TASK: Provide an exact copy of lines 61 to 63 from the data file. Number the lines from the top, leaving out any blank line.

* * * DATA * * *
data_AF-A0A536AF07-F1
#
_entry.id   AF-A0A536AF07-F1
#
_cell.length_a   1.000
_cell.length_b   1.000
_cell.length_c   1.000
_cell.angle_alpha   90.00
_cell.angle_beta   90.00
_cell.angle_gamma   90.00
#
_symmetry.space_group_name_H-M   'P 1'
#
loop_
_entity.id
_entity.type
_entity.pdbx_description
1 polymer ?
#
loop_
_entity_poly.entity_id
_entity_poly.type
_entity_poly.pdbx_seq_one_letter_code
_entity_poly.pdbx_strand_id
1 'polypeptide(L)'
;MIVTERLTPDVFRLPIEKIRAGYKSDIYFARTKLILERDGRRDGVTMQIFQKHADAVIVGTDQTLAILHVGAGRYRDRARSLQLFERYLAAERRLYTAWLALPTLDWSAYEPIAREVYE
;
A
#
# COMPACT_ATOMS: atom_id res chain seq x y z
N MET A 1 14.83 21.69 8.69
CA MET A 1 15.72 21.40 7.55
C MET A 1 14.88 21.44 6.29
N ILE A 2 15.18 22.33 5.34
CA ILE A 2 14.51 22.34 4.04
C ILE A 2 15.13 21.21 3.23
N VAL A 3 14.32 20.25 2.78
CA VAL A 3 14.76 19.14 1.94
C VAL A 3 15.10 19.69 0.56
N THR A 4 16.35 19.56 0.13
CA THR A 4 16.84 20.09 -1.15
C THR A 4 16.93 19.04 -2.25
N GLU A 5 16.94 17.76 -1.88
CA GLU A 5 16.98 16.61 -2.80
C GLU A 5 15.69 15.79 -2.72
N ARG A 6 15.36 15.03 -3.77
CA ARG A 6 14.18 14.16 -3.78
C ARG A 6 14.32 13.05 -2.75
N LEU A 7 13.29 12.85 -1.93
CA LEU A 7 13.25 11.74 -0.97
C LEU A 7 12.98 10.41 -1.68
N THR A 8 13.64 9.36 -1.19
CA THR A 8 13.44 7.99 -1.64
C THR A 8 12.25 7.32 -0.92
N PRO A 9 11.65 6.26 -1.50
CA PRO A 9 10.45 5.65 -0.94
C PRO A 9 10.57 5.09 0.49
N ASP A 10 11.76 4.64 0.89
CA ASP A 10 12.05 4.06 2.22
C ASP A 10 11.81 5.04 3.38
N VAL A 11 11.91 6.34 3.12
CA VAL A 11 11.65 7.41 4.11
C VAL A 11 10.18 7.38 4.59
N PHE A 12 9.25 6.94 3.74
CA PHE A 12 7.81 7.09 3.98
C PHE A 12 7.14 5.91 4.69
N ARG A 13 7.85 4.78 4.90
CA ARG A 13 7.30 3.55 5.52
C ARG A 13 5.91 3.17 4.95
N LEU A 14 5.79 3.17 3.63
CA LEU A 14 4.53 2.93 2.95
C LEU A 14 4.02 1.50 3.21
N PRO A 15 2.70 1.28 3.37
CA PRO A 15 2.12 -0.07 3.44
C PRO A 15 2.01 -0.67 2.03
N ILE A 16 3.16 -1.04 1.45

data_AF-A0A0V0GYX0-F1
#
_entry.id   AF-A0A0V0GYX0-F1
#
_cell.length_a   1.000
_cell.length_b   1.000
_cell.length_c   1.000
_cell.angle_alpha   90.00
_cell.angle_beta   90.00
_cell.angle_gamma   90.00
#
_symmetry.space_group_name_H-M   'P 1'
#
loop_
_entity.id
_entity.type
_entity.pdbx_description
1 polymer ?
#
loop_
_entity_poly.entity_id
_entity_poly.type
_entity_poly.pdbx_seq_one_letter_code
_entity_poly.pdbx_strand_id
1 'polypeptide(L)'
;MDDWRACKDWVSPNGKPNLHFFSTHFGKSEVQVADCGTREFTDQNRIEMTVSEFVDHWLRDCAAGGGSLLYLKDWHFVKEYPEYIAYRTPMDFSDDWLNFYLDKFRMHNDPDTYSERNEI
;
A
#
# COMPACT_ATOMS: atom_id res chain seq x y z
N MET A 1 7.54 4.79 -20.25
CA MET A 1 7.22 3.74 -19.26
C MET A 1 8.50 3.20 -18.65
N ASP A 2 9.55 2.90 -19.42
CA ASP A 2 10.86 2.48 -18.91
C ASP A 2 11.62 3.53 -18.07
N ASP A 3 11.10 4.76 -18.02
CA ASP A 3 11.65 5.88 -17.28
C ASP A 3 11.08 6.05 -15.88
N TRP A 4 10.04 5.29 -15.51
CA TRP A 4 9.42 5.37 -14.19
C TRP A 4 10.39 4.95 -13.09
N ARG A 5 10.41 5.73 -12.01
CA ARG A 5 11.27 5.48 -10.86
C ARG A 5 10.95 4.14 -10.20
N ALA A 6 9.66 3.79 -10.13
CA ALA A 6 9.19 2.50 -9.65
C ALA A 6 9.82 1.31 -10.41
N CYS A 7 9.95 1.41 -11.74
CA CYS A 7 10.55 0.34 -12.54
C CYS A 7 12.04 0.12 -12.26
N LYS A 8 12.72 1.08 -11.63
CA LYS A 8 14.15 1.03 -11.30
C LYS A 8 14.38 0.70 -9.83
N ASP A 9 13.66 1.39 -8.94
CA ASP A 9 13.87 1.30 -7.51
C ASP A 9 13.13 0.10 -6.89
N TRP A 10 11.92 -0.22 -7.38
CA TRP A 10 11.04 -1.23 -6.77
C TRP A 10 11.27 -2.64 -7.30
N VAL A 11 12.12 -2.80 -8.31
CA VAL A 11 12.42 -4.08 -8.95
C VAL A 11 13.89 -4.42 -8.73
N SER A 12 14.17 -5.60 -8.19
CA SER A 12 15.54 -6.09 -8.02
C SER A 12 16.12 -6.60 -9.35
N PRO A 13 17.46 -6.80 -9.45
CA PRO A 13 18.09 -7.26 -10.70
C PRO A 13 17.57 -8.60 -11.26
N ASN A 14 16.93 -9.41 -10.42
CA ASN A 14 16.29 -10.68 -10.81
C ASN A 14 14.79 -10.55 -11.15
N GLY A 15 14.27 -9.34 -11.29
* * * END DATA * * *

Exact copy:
N VAL A 11 11.91 6.34 3.12
CA VAL A 11 11.65 7.41 4.11
C VAL A 11 10.18 7.38 4.59